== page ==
“HOLIDAY TREES” ARE DIVISIVE
Catalyst January/February Issue 2012
In Wisconsin, for the first time in years, they reverted back to calling the Capitol Rotunda Christmas tree a Christmas tree: it was called a Christmas tree for 70 years until it was renamed a Holiday tree in the mid-1980s.
In Rhode Island, Governor Lincoln Chafee decided to continue the politics of intolerance by calling the Capitol Rotunda Christmas tree a Holiday tree.
Annie Laurie Gaylor of the Madison, Wisconsin-based Freedom From Religion Foundation explained why the Christmas tree in Wisconsin was rebranded the Holiday tree: “Calling it a Holiday tree was meant to be inclusive.” Ironically, it has proven to be divisive—the uproar was in Rhode Island, not Wisconsin.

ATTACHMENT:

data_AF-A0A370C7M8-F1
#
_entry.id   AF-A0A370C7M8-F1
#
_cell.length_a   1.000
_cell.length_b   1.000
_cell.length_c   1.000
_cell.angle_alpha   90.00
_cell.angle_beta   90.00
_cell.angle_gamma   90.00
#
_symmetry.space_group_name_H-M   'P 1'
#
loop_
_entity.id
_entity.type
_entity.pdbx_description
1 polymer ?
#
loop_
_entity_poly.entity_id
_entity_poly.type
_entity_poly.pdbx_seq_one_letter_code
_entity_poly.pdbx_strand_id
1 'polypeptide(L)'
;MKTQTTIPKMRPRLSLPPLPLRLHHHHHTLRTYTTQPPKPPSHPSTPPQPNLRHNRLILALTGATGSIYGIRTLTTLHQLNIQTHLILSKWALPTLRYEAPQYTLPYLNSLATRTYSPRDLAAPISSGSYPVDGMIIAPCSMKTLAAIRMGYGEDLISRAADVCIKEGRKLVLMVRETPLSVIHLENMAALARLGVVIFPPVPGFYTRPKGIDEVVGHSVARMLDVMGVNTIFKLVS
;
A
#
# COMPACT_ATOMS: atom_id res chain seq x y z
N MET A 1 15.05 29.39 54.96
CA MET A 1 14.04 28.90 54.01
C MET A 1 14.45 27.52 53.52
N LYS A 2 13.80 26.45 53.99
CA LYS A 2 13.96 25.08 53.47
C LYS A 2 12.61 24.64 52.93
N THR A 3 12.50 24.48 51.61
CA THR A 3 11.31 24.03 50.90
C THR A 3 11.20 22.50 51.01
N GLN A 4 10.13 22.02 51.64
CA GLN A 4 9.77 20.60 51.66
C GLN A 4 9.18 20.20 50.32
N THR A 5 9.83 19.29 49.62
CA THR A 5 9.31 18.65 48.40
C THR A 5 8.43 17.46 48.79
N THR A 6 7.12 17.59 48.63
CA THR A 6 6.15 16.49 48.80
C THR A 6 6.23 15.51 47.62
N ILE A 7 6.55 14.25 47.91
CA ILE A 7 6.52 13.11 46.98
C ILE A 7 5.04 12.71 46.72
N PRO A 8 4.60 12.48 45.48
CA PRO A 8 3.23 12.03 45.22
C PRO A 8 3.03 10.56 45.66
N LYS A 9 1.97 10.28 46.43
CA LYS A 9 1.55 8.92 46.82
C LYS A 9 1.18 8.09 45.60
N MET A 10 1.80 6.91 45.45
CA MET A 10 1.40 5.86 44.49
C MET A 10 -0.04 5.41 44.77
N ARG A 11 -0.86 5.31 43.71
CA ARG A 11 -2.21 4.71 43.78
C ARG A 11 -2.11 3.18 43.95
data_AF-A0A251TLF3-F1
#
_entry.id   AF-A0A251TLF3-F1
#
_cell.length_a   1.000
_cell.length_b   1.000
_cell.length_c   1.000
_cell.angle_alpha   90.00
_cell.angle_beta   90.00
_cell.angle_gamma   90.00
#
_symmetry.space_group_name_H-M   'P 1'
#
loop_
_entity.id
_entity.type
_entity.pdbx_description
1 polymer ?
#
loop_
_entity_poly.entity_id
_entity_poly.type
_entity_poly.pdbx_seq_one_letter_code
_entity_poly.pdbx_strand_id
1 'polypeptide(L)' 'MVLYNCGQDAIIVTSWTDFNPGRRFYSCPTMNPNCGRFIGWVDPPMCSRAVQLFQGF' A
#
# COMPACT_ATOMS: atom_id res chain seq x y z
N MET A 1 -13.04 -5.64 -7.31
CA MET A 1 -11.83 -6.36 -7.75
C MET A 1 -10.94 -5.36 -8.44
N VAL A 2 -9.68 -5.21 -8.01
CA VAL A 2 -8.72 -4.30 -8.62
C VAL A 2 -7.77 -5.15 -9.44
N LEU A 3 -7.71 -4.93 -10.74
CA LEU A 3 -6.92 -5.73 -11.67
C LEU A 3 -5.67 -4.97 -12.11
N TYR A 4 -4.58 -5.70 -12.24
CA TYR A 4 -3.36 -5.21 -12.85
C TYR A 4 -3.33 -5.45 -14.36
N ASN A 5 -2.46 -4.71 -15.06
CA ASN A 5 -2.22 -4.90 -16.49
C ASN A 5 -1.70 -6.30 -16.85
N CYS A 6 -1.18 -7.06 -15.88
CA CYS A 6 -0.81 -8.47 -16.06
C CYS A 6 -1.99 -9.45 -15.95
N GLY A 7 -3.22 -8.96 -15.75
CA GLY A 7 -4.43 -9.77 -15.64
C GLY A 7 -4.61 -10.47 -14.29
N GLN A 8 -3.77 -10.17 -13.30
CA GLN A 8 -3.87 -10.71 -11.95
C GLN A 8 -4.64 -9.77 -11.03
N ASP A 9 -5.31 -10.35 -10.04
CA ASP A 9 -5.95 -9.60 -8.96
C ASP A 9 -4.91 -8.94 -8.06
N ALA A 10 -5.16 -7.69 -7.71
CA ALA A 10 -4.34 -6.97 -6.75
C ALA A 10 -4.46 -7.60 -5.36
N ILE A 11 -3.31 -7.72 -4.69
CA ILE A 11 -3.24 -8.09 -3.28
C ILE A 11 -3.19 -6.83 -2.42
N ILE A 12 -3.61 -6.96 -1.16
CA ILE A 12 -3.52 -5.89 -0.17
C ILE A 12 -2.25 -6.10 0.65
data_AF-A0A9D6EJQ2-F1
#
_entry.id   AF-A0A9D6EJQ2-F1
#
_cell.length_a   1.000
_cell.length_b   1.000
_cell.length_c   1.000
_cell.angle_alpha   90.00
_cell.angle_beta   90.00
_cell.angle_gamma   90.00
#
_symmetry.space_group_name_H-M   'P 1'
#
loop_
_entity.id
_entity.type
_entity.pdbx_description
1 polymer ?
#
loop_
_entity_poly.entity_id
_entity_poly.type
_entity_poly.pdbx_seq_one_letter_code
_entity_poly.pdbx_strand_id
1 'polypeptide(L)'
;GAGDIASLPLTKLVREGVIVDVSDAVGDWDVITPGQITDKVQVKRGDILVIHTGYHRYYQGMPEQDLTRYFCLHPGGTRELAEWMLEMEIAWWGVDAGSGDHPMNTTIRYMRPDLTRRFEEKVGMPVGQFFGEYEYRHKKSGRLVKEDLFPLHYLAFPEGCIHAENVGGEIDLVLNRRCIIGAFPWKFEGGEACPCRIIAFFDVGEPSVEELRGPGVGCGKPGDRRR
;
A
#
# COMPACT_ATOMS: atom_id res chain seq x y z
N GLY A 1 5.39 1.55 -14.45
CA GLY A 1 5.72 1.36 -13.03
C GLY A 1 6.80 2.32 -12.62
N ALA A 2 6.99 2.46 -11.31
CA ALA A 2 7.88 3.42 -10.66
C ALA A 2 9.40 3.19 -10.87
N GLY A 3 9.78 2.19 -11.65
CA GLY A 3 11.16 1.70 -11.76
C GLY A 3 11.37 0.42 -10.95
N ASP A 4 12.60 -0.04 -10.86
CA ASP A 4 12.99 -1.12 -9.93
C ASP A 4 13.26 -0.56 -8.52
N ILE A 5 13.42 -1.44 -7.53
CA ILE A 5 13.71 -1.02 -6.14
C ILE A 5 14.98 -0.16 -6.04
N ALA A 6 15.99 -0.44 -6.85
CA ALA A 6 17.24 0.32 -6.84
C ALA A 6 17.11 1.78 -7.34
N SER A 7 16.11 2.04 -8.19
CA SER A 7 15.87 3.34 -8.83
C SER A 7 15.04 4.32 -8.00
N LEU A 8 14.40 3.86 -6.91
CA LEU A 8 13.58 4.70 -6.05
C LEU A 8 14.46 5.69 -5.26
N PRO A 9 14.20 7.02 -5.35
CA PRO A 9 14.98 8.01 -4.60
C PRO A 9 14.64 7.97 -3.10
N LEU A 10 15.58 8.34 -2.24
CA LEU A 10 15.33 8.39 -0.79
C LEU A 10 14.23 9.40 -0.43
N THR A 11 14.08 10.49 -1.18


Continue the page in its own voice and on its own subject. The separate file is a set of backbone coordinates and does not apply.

According to the Providence Journal, 87 percent of the people in Rhode Island prefer to call the Christmas tree a Christmas tree; only 8 percent think it should be called a Holiday tree. In Wisconsin, there is no discord: calling the Christmas tree a Christmas tree has brought people together. Which is why Rhode Island should learn a lesson in civility and community by calling its Christmas tree a Christmas tree.
By the way, what holiday does the Holiday tree represent?